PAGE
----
CONNECTion in Transit
Yet another new commercial vehicle model from Ford has landed on our shores, giving the brand a comprehensive range of large, medium and small vans, as well as people carriers. GAVIN MYERS drove it at launch.
The Ford brand is on a roll at the moment. The company is leveraging on its One Ford global strategy to systematically introduce a slew of new models; this year will see ten new models on showroom floors between its passenger and commercial vehicle offerings. Ford has also enjoyed high sales volumes over the past few months.
The Ranger is a prime example of this, enjoying four consecutive months of over 3 000 unit sales. Ford’s Transit/Tourneo range of panel vans and people movers isn’t doing too badly, either; fighting toe to toe with rival Volkswagen and outselling the van offerings from other rivals such as Fiat, Peugeot, Renault and Nissan.
“We launched the Custom range in the second quarter of 2013 and, since launch, we have had fantastic feedback and have seen the vehicles perform extremely well in the various segments,” says Dale Reid, LCV brand manager at Ford Motor Company SA.
“We introduced the larger version, the two-tonne Transit, at the end of last year and we have had positive feedback on the vehicle’s performance and capability. This segment is very specific and fleet-orientated and we are working hard to make inroads.” This two-tonne Transit is Ford’s biggest global seller.
Ford is now completing its local commercial vehicle range with the introduction of the third, smaller, Transit/Tourneo family member – the Connect.
“Our intention is to build the commercial vehicle portfolio to have a full range of products. A lot of fleet buyers like to work with a single manufacturer, or even a single dealer. Having the ability to offer this service is what we’ve been trying to do by expanding the line-up,” says Mark Kaufman, Ford vice-president marketing, sales and service for South Africa and sub-Saharan Africa.
The full-sized, two-tonne Transit goes up against the likes of the VW Crafter and Fiat Ducato; the medium-sized Transit Custom rivals the VW Transporter, Nissan NV350 and Toyota Quantum; and the new, one-tonne Transit Connect aims squarely for the VW Caddy, Toyota Avanza and Nissan NV200.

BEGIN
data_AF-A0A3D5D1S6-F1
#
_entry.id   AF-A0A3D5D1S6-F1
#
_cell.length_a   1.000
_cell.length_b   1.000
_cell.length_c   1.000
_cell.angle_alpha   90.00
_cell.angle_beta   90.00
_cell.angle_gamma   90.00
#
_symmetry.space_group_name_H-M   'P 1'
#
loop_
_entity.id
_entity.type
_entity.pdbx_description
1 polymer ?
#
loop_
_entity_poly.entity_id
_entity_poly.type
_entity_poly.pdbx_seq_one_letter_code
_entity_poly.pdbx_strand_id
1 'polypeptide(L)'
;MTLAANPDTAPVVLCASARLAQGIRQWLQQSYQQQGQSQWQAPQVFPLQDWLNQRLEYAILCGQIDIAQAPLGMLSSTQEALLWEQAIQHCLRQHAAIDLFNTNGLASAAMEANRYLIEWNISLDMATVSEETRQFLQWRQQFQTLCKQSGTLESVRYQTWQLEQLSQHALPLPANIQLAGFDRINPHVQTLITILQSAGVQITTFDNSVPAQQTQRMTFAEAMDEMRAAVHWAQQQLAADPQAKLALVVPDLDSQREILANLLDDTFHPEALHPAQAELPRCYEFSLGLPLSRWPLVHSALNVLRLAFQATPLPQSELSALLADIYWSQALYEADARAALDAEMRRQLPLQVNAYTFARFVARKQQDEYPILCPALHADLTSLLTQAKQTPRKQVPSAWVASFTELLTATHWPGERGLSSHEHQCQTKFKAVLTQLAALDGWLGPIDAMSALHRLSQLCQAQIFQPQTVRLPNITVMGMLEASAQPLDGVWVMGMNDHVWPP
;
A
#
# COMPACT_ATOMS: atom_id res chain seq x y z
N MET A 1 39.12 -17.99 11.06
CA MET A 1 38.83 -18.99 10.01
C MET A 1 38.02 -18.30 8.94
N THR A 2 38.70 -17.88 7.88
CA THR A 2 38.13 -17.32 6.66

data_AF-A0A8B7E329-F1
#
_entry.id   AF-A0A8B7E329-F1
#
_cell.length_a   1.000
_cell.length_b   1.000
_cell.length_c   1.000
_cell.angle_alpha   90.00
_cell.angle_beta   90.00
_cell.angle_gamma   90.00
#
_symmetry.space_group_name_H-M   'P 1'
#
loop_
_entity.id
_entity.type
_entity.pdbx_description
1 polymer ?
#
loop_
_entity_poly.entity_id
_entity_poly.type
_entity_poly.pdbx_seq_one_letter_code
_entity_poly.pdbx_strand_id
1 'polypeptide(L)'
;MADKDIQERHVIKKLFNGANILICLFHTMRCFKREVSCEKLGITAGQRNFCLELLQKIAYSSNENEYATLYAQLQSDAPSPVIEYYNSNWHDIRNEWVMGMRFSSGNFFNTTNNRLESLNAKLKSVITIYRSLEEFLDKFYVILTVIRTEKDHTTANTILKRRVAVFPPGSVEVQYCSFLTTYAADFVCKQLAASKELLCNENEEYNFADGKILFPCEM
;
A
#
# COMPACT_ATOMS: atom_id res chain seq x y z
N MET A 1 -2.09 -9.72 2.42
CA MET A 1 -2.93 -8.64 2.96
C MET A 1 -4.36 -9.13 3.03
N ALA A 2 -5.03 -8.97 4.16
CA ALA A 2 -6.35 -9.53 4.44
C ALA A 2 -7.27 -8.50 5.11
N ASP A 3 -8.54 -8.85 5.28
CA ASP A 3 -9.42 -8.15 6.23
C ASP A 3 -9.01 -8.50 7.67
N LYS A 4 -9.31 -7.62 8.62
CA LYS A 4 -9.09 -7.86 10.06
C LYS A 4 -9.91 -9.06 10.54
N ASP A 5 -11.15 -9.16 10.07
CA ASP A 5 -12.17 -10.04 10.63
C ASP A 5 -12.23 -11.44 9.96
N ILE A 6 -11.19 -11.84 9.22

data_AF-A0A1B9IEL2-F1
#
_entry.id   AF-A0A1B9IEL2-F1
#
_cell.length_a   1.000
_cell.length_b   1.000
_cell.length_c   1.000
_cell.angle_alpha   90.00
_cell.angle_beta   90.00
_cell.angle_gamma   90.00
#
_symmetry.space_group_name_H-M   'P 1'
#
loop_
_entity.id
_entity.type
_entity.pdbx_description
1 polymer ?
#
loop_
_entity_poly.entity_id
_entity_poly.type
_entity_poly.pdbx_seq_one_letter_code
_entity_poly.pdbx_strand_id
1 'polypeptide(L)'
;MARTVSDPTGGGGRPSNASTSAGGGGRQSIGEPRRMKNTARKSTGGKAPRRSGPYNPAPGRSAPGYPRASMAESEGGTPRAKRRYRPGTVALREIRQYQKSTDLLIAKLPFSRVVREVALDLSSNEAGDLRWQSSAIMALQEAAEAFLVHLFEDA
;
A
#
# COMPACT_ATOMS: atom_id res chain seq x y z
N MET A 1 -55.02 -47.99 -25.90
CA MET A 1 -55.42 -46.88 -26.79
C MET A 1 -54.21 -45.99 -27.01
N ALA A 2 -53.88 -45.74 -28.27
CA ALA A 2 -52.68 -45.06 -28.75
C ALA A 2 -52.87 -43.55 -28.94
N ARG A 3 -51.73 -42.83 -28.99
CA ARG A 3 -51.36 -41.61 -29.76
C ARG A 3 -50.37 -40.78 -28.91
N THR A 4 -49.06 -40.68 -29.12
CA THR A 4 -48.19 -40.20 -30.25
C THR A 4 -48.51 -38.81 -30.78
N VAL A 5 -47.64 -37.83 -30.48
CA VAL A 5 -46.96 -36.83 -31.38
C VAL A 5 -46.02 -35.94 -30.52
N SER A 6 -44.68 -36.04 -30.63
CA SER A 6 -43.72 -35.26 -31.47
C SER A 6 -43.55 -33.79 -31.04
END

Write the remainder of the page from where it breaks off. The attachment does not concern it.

So then, what does this 2014 International Van of the Year winner (the fifth overall for Transit) have to offer?
Built in Europe, the Transit Connect was designed to be a fully capable commercial vehicle that offers low cost of ownership, while giving drivers the comfort, features and ease of manoeuvrability they’d expect from a passenger car.
Although currently available only in long-wheelbase (LWB) format with a 1,6-litre Duratorque engine, the panel van’s credentials are nonetheless impressive. A full 1 004 kg payload, 2 405 kg gross vehicle mass and 3 205 kg gross-combination mass are available. The vehicle has a 3,6 m3 (3 222 l) load compartment.
That’s big enough to hold two Euro pallets, which can be loaded through the 180°-opening split rear doors, or through the single sliding door on the left-hand side. A full metal bulkhead separates the load from the occupants.
The 1,6-litre diesel engine produces 85 kW and 285 Nm and is coupled to a six-speed manual gearbox. Claimed fuel consumption is a miserly 4,9 l/100 km. It’s a doddle to drive and, despite its “built for work” demeanour, really is as well spec’d (more on that later) and is as comfortable as a passenger car …
That’s where the Tourneo Connect comes in. Although, admittedly, aimed more at families on the move, or those looking for more of a lifestyle vehicle, the Tourneo does have an impressive mix of talents.
Four models are available: two short wheelbase five-seaters with Ford’s impressive 1,0-litre, three-cylinder EcoBoost engine; and two LWB Grand Tourneo Connects, with a 1,6-litre EcoBoost engine (only available with a six-speed automatic) or the same 1,6 TDCi Duratorq from its Transit sibling.
The LWB models are available with an optional third row of seats. With all the seats folded flat, 2 400 or 2 600 litres (LWB) of space is available. If the front passenger seat is folded flat as well, the LWB version can accommodate items up to three metres long.
A range of clever storage compartments are scattered around the cabin and, despite its relatively small outside appearance, the Tourneo Connect is exceptionally comfortable and spacious inside.
Both the Transit and the Tourneo Connect offer a comprehensive array of safety and convenience features. Transit Connect buyers enjoy Anti-lock Brakes with Electronic Brakeforce Distribution and Electronic Brake Assist; a driver airbag (the passenger airbag is a R1 800 option to allow for a driver-only configuration); traction, stability, trailer sway and load adaptive control; Hill Launch Assist; and a full anti-theft system.
Convenience features include electric windows and mirrors, a full overhead shelf, air-conditioning, a trip computer and Bluetooth connectivity.
Model-dependant, the Tourneo Connect adds the likes of passenger and curtain airbags (even for the third row of passengers); an anti-allergic interior; four tie-down loops for securing cargo; Ford’s Sync connectivity system; cruise control and auto start/stop.
All models come with a four-year/120 000 km comprehensive warranty, five-year unlimited mileage corrosion warranty and three-year unlimited mileage roadside assistance. Petrol models have a three-year/60 000 km service plan and the diesel models that of four-year/60 000 km.
The Transit Connect is priced at R272 900, while the Tourneo models are priced between R269 900 and R367 900.
“This is a new segment for Ford, so we will see how the current models perform and then investigate the requirements for any additional derivatives,” Reid notes. “We plan to be a main player within the segment …”
And with vehicles such as the new Transit and Tourneo Connect, the competition will surely be sleeping with one eye open.